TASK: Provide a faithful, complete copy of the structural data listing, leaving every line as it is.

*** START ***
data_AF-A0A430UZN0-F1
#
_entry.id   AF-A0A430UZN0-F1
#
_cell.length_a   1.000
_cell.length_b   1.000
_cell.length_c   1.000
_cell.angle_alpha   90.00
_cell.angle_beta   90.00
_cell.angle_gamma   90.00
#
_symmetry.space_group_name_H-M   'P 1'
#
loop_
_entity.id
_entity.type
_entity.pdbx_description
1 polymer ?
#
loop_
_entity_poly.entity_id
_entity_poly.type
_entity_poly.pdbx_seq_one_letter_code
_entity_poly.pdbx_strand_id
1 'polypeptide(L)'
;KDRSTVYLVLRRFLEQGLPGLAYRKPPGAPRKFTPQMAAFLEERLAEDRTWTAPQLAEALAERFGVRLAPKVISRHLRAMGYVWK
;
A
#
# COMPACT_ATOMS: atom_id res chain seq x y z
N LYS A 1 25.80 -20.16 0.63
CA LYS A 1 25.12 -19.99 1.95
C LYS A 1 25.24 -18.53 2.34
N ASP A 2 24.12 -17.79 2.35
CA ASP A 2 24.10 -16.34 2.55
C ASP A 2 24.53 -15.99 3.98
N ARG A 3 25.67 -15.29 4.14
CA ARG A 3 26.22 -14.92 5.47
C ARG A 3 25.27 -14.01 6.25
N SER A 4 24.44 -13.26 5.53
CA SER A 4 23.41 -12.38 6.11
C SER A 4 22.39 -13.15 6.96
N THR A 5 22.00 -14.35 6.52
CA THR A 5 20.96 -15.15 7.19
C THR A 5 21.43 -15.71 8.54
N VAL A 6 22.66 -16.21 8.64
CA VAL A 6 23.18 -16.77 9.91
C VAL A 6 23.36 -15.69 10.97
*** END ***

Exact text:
data_AF-A0A430UZN0-F1
#
_entry.id   AF-A0A430UZN0-F1
#
_cell.length_a   1.000
_cell.length_b   1.000
_cell.length_c   1.000
_cell.angle_alpha   90.00
_cell.angle_beta   90.00
_cell.angle_gamma   90.00
#
_symmetry.space_group_name_H-M   'P 1'
#
loop_
_entity.id
_entity.type
_entity.pdbx_description
1 polymer ?
#
loop_
_entity_poly.entity_id
_entity_poly.type
_entity_poly.pdbx_seq_one_letter_code
_entity_poly.pdbx_strand_id
1 'polypeptide(L)'
;KDRSTVYLVLRRFLEQGLPGLAYRKPPGAPRKFTPQMAAFLEERLAEDRTWTAPQLAEALAERFGVRLAPKVISRHLRAMGYVWK
;
A
#
# COMPACT_ATOMS: atom_id res chain seq x y z
N LYS A 1 25.80 -20.16 0.63
CA LYS A 1 25.12 -19.99 1.95
C LYS A 1 25.24 -18.53 2.34
N ASP A 2 24.12 -17.79 2.35
CA ASP A 2 24.10 -16.34 2.55
C ASP A 2 24.53 -15.99 3.98
N ARG A 3 25.67 -15.29 4.14
CA ARG A 3 26.22 -14.92 5.47
C ARG A 3 25.27 -14.01 6.25
N SER A 4 24.44 -13.26 5.53
CA SER A 4 23.41 -12.38 6.11
C SER A 4 22.39 -13.15 6.96
N THR A 5 22.00 -14.35 6.52
CA THR A 5 20.96 -15.15 7.19
C THR A 5 21.43 -15.71 8.54
N VAL A 6 22.66 -16.21 8.64
CA VAL A 6 23.18 -16.77 9.91
C VAL A 6 23.36 -15.69 10.97